Expanding on server configuration lock, platform certificates verify that the system is unmodified from when it was shipped from the factory and can detect if the system had been tampered with in the supply chain during shipment. These certificates allow customers to identify devices that have been tampered with or may have a bad or outdated version of software running on them, or even if there are counterfeits. Together, these advanced security features offer customers a way to validate the authenticity of the server—delivering confidence that the server has not been altered providing a foundation for zero trust architectures.
HPE Trusted Supply Chain
Bringing HPE’s global supply chain operations and secure supply chain features together to provide an experience that delivers protection for your most sensitive applications and data is the HPE Trusted Supply Chain.
Assembled in secure HPE facilities to the most stringent Country of Origin USA and conformance requirements, each server from the HPE Trusted Supply Chain is inspected to be free from malicious microcode and counterfeit parts, safeguarding it against cyber-exploits throughout its lifecycle.
The HPE Trusted Supply Chain experience offers hardened protection designed into select HPE servers with unrivaled supply chain visibility and standards compliance providing a 360-degree view and mitigation plan for current and emerging cyber threats.
Doubling down on your server protection with vetted HPE employees assigned to the product build to manage the product manufacturing process that adheres to the strictest sourcing, inspection and traceability standards. Organizations can even request delivery from a dedicated truck driver with security and HPE personnel to set up the servers.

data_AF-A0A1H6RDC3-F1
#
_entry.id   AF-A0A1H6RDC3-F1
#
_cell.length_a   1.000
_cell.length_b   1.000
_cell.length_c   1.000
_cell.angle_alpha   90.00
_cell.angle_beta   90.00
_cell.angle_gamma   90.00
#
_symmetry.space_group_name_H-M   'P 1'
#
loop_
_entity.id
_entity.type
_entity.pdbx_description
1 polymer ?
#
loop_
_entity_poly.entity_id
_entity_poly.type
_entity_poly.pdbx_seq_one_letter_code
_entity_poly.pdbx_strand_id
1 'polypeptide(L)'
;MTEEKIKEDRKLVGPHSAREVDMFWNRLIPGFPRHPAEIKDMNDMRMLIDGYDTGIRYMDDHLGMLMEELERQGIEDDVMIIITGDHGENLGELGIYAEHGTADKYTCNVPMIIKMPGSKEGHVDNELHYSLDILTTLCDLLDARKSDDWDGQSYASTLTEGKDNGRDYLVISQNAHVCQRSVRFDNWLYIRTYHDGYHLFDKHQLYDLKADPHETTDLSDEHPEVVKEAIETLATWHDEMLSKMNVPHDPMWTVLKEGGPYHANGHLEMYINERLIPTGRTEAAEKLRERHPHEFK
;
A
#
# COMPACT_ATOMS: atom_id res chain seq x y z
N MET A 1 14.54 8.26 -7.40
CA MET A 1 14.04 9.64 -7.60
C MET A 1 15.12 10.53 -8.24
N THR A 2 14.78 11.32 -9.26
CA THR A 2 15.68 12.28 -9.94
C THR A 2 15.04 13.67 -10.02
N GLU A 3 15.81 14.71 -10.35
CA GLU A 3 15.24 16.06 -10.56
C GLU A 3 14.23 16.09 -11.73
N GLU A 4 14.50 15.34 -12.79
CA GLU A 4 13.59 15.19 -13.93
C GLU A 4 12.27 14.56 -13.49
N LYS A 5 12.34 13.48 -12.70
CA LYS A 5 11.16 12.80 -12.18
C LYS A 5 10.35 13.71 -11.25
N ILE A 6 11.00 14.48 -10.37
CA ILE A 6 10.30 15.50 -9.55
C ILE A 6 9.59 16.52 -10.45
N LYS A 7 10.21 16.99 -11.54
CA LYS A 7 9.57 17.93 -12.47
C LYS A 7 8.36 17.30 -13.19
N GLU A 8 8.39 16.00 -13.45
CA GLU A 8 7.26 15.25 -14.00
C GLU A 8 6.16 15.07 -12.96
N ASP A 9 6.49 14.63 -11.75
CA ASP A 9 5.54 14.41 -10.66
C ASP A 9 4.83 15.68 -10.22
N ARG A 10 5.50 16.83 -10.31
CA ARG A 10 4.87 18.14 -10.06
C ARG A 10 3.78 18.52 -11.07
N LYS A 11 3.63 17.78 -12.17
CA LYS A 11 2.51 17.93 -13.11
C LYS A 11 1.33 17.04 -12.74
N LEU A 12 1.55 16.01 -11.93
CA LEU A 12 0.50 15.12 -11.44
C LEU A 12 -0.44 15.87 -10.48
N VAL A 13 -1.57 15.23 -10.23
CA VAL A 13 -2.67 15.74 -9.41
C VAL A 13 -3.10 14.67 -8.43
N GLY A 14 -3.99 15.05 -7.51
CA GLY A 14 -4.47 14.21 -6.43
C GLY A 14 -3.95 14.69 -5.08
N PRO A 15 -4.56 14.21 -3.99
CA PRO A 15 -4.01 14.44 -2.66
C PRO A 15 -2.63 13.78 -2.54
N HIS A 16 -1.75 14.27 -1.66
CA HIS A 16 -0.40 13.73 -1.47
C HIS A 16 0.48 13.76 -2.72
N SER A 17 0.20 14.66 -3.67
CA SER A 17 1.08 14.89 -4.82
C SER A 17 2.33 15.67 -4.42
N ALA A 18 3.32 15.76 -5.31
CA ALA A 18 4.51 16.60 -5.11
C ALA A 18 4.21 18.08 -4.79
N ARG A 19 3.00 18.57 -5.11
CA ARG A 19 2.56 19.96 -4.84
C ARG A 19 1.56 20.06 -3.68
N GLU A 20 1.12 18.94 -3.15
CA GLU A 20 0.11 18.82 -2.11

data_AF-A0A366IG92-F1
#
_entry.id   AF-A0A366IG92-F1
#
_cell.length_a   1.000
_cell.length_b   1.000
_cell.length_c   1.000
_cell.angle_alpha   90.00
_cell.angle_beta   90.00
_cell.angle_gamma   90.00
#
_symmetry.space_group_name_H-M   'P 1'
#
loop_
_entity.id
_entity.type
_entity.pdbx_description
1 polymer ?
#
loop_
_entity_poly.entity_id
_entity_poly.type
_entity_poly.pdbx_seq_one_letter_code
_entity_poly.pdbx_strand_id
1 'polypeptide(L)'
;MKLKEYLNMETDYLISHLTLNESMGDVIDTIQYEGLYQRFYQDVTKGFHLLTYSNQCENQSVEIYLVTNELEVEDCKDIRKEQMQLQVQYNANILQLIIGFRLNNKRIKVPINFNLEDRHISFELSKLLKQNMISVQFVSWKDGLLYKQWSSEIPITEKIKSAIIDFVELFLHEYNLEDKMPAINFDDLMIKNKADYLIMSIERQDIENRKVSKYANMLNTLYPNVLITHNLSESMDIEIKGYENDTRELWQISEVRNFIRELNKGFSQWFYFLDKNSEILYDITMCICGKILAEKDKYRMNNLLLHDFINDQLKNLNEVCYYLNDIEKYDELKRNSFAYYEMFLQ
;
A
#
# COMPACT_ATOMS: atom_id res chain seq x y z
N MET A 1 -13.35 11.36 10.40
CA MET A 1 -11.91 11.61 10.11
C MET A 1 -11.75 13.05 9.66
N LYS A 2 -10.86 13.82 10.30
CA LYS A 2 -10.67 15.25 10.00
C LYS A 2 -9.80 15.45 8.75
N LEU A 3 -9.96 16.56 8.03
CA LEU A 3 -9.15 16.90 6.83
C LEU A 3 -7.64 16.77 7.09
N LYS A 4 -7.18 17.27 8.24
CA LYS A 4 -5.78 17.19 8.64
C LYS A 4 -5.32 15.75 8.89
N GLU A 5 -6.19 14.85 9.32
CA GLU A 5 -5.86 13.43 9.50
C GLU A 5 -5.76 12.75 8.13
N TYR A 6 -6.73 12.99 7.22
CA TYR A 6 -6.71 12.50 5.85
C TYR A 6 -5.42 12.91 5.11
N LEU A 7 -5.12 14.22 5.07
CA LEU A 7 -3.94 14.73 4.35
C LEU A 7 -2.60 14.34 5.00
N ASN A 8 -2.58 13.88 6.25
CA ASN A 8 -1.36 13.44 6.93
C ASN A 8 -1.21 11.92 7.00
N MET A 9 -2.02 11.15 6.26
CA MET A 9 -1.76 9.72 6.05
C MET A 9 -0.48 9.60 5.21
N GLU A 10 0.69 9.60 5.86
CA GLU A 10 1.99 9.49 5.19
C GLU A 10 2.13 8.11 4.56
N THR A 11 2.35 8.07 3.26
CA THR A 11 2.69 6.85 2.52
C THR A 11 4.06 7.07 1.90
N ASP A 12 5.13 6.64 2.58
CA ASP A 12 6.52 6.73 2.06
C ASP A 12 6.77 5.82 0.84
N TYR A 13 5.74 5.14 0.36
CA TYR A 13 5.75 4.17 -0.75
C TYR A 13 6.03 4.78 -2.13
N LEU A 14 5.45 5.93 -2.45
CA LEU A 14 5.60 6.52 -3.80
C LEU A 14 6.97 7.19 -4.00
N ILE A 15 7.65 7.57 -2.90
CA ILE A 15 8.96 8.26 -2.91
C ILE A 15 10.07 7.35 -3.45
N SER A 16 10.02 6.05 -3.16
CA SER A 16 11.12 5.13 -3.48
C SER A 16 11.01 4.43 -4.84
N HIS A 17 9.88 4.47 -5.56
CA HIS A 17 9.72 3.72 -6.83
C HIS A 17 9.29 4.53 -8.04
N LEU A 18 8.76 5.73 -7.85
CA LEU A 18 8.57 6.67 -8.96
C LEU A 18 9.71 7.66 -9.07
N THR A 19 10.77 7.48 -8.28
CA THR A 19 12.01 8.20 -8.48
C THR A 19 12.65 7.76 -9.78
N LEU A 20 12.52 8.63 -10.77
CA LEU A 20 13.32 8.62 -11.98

Only HPE Trusted Supply Chain provides a first line of defense against cyber attackers with select servers built to the world’s toughest security standards in secured facilities—bringing together security, processes, and people to deliver unrivaled protection. This ensures peace of mind that all server components are assembled domestically, without passing through the hands of anybody but highly-vetted HPE employees.
Security where and when you need it
HPE continues to provide best-in-class security solutions and extend our leadership as a trusted security partner to navigate the threats of today and tomorrow. Watching the recent prevailing trends of the supply chain, we’ve taken security of production and supply chain to new heights.
Organizations require security that goes beyond the firewall and software to protect the heart of the infrastructure, starting with the supply chain. Security is only as strong as the layer below the point of attack and HPE world’s most secure-industry standard servers portfolio provides an enhanced zero trust, 360-degree security view that begins in the manufacturing supply chain and concludes with a safeguarded end-of-life decommissioning.
- How do we trust the untrustable? via HPE's Enterprise.nxt
- Security: The foundation for transformation success via HPE's Enterprise.nxt
- Constant scrutiny is the key to making zero trust happen via HPE's Enterprise.nxt
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Hewlett Packard Enterprise
Ruben Ramirez is a WW Product Marketing Manager for Hewlett Packard Enterprise. Ruben is an experience professional in product marketing for enterprise technology companies, bringing new technologies to market and helping them create compelling value propositions that meet their customer and business needs. Currently, Ruben is the responsible for bringing HPE composable infrastructure technologies and the world’s most secure industry standard server technologies to market.